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Kyoto Protocol Does Not End in 2012

Written By Gopal Krishna on Tuesday, October 06, 2009 | 5:04 AM

"We are not talking about the successor of Kyoto Protocol"

Annex-1 countries like US, EU and others are ignoring the equity issues in order to protect their lifestyles' said the Prime Minister's Special Envoy on Climate Change Shyam Saran gave a briefing to the Indian NGOs present in Bangkok climate talks.

Amid efforts by developed nations and their powerful corporate media to muddy waters with an ulterior motive of diverting attention, Saran reiterated the obvious aspects of Kyoto Protocol like how it is not the Protocol but the first commitment period under the Protocol that ends in 2012.

Ad Hoc Working Group on Further Commitments for Annex I Parties under the Kyoto Protocol (AWG-KP) is meant to undertake the task of post 2012. Second commitment period starts in 2013.

Ad Hoc Working Group on Long-term Cooperative Action under the Convention (AWG-LCA) is meant for those who are not parties to the Protocol like US wherein they are required to make commitments comparable to the ones in the Protocol.

The Protocol is a legal document an dit remains a legal instrument until is abrogated or modified.

He underlined that 'The industrialised countries keep talking about how the large populations in India and China are using up the world's resources. I remember once when it happened, an African delegate got up and quoted from a World Bank report to show that an American or a European child uses 30 times as much natural resources as a child from Africa'.

The most important issue is that in the negotiations whether or not the developed countries are able to come up with very clear and significant target for reduction of their emissions, on which all parties so far have not been able to get to an agreement.

On the issue of financing, he said. "If developing countries are expected to take on additional responsibilities beyond what we are already doing, then unless there is a clarity about the amount of finances which will be available, unless there is a clarity about technology transferred, it will be very difficult for them to really take forward their own climate adaption plans."

Talking about the steps India has made recently to tackle the climate issue, he said, "what we have agreed is that whatever we are going to be doing domestically, whatever targets we are going to put on ourselves, we can report to UNFCCC...that is a positive step forward we have made."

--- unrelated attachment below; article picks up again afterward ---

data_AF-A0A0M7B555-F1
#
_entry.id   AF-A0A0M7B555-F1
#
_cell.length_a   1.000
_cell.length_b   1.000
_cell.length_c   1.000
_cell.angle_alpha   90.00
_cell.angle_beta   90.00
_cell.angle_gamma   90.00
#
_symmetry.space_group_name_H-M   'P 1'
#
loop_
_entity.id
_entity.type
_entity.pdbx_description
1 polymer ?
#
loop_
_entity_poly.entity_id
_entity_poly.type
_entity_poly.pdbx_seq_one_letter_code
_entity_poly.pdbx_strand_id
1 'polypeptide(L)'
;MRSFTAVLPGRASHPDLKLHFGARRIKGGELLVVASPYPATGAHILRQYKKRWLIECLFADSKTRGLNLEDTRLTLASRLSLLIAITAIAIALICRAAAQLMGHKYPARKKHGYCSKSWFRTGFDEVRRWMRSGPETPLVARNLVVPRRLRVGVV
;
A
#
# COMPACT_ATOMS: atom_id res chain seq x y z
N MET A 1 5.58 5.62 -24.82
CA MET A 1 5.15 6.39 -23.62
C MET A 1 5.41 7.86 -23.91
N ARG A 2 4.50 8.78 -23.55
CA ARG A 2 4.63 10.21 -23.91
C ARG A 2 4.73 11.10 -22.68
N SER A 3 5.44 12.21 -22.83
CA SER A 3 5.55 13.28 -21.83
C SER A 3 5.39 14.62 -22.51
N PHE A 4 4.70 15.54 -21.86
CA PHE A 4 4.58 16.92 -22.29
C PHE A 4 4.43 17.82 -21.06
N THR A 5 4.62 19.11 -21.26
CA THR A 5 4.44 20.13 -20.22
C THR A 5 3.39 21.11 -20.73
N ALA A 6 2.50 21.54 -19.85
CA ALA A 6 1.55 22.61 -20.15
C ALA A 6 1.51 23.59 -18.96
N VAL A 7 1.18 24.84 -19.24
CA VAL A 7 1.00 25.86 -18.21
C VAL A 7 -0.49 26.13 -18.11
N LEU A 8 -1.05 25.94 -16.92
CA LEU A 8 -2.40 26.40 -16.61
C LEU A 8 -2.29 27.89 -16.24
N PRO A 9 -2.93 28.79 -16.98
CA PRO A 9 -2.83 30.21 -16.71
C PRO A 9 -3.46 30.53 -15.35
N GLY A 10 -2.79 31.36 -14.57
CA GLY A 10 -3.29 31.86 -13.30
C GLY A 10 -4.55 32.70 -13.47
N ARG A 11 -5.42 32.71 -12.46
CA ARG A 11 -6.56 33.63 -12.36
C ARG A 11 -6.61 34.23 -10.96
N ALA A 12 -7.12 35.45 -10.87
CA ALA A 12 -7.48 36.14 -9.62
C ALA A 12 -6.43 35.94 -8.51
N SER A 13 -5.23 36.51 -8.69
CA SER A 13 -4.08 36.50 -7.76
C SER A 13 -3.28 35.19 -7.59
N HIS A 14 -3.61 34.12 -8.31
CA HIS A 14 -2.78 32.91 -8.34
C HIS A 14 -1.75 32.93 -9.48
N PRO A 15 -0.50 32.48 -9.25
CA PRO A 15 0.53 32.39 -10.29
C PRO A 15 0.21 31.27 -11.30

With missions that cover both the aspect of mitigation as well as the aspect of adaptation, "what we have said is that in each of these missions, whenever possible, we will set domestic targets that we would want to achieve by certain dates. that is part of the planning process."

As far as our voluntary actions are concerned, and whatever we are able to do within the limitation of our resources, we will be very happy to report to the international community as is required under the UNFCCC.

"We, no matter India, China or any other developing countries, have made it very clear that the main responsibility for the emissions is that of the developed countries, because they have historical responsibility. The climate change is not taking place because of the current emissions, but because of the accumulated greenhouse gas emissions during many years of industrial activities in the developed countries, who have, in the UNFCCC, acknowledged their responsibilities. The first unusual business is they (developed countries) must take the lead in reducing their emissions. This does not mean that developing countries, just like India and China, don't have their own responsibilities. Of course we have, but that's because we are the ones that will be most affected by climate change. So we are quite clear about our responsibility to pursue sustainable development. China is doing that; India is doing that," Saran said. Adding that "We are already spending a very large part of our national resources for adapting to climate change, for which we are not responsible."
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